To check how your positions changed for particular keywords, tick the ones you need in your keywords list in the Keyword Tracking section. Then track how they move using the chart. If a query has a low position that hasn’t changed much for a long time, it is better off being replaced.


How to create new metadata

What should your metadata include? For example, our most relevant and high-volume query is 'farm'. So let’s go to the Keyword Tracking section, filter all the queries we've selected containing the keywords "farm" or "farming", and see their Rank, Difficulty, and Popularity. The keywords 'simulator' and'family' may work because they have moderate popularity and difficulty scores. You can also include numbers in the metadata, but do this at the end — if you have some space left.



Build your description around a relevant query using other keywords that fit in the context. Your visible metadata should be teeming with search requests while seamlessly describing the app. Take a look at how the keywords are extracted from the queries. The query 'Build an idle farm village' contains the keywords 'idle farm', 'farm village', 'build farm', 'build village', and 'idle village'.

The finer points of text optimization

App Store and Google Play have specific guidelines around metadata that can be used in both stores. There are a few other things that may not be so obvious, but you should pay attention to them:

  • You can't use other brand names (your competitors' app title). In Google Play, all text data is visible and indexed. For example, using your competitor's name, let's say "Our app is similar to 'Playrix'", can get you rejected by the moderator. The App Store has a 'hidden' keyword field where you can theoretically place any search queries you want, even the keyword 'Free', which cannot be used in the visible metadata. However, Apple recently stopped indexing apps by another brand's names until it's internal algorithms will identify your application is relevant for this competitor. For example, the "Wildscapes" has a 54 Popularity score in the United States, but it's a unique brand request, so only 31 apps are indexed by it.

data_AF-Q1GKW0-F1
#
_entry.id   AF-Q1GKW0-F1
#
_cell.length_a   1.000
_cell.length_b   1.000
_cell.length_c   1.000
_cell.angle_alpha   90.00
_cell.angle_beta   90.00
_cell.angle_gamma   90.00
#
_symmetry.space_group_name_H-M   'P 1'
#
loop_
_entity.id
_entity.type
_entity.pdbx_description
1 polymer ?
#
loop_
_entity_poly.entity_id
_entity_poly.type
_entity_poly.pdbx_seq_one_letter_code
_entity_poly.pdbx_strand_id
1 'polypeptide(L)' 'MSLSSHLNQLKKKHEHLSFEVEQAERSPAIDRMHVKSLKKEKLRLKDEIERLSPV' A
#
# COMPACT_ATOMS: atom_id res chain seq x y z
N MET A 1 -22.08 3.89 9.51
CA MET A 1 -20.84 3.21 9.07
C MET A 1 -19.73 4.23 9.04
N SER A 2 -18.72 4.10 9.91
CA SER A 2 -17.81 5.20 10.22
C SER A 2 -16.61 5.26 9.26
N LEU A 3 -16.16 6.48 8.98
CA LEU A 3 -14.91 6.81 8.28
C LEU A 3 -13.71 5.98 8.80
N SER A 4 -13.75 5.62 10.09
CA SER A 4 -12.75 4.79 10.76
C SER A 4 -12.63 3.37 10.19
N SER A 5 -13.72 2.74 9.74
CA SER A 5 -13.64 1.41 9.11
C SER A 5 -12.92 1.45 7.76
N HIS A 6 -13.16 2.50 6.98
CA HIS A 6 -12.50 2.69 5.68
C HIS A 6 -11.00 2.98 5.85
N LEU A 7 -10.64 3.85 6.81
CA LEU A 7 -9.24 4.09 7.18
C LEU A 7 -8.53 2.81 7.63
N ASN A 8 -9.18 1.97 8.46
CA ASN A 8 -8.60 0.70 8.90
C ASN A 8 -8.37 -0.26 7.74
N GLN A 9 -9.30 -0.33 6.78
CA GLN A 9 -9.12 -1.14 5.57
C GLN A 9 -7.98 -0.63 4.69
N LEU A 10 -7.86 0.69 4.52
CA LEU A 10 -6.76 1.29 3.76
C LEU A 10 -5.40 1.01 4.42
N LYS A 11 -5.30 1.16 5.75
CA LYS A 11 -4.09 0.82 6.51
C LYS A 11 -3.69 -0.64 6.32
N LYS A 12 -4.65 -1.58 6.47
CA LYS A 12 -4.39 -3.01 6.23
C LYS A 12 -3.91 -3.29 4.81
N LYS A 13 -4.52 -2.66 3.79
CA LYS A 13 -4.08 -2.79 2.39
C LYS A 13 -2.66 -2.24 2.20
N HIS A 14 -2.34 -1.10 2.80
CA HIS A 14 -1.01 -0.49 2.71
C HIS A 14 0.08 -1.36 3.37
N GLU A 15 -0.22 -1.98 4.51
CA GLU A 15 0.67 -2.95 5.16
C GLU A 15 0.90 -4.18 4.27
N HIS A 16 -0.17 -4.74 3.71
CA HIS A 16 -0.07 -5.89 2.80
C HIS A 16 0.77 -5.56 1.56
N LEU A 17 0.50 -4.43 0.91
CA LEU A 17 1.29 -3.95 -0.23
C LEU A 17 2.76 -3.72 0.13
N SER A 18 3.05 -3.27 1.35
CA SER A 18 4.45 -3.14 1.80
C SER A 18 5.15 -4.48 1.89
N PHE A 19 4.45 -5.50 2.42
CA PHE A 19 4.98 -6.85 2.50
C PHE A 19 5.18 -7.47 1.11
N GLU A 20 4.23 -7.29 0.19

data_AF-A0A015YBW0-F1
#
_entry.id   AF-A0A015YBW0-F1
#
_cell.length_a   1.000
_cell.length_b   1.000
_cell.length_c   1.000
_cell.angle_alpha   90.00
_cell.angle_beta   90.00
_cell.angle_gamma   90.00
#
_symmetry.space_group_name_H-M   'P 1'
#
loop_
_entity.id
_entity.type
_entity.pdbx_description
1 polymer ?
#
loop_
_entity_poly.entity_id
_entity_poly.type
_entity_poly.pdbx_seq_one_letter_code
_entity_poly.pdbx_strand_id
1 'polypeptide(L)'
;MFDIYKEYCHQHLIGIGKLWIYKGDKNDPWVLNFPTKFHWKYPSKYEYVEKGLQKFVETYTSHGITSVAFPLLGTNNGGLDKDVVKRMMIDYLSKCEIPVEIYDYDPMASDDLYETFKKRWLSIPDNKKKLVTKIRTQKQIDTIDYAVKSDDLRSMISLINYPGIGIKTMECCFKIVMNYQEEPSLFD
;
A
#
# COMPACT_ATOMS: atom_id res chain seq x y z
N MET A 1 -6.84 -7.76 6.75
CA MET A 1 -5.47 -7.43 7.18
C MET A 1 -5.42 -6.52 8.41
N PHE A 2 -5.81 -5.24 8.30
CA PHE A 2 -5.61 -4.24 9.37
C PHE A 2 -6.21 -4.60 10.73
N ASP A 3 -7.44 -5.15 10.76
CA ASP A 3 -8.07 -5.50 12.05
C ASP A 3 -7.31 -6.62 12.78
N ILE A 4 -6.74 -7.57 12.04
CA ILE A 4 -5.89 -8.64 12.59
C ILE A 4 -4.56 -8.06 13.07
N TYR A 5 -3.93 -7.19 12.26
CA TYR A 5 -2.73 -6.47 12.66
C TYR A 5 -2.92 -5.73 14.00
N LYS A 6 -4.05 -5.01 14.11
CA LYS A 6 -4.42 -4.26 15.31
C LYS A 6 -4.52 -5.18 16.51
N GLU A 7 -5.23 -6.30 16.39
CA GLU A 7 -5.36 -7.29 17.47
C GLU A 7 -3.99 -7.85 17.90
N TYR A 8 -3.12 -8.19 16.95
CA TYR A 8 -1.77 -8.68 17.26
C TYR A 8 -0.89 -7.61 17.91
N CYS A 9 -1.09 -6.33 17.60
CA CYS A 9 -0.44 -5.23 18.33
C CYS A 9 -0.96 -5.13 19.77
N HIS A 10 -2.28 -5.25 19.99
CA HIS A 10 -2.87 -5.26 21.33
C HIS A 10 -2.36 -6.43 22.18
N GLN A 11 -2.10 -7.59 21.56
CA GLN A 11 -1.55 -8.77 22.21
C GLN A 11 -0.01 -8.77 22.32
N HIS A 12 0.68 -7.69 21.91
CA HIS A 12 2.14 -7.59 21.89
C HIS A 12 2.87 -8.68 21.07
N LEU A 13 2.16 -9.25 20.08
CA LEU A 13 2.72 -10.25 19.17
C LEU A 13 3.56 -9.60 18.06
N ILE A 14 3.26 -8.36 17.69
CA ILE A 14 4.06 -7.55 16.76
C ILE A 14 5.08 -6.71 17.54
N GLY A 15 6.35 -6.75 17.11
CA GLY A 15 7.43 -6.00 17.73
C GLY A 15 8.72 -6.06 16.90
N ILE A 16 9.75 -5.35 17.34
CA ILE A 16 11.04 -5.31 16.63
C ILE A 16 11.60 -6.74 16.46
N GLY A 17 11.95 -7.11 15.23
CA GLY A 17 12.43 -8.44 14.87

• Track changes and bugs in app stores. The recent App Store bug kept the last word in the subtitle from being indexed.

  • It's also important to check the search results in the Competitors Overview. The keyword is most likely not relevant if you don't see any similar apps or games around. Even if you think it makes sense for your app.